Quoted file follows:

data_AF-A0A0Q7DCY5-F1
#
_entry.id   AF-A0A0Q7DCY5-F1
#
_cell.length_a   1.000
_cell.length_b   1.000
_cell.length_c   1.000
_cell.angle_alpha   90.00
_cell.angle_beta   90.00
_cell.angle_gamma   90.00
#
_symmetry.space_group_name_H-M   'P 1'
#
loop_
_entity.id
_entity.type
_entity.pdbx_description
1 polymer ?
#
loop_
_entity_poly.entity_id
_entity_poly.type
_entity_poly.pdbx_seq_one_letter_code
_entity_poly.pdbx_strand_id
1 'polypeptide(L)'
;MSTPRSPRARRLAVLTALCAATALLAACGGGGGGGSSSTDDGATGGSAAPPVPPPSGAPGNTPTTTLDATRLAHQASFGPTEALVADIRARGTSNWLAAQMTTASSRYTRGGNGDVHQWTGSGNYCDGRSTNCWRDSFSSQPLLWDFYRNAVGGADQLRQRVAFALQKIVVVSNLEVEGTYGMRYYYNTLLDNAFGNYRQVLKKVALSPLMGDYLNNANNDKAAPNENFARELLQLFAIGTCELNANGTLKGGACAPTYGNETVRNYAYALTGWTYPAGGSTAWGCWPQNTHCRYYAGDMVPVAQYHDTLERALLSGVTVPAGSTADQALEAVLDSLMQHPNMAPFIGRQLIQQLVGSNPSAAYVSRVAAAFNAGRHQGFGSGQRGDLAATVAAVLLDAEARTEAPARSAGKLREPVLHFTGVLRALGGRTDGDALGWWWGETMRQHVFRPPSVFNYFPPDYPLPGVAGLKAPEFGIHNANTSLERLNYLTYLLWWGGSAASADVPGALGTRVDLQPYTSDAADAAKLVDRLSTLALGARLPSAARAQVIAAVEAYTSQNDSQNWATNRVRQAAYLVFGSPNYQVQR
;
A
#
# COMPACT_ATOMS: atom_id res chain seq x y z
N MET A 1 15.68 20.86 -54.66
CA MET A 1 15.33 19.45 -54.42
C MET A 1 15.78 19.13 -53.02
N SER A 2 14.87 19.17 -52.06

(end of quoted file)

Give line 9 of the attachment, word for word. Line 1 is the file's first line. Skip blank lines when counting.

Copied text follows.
_cell.angle_beta   90.00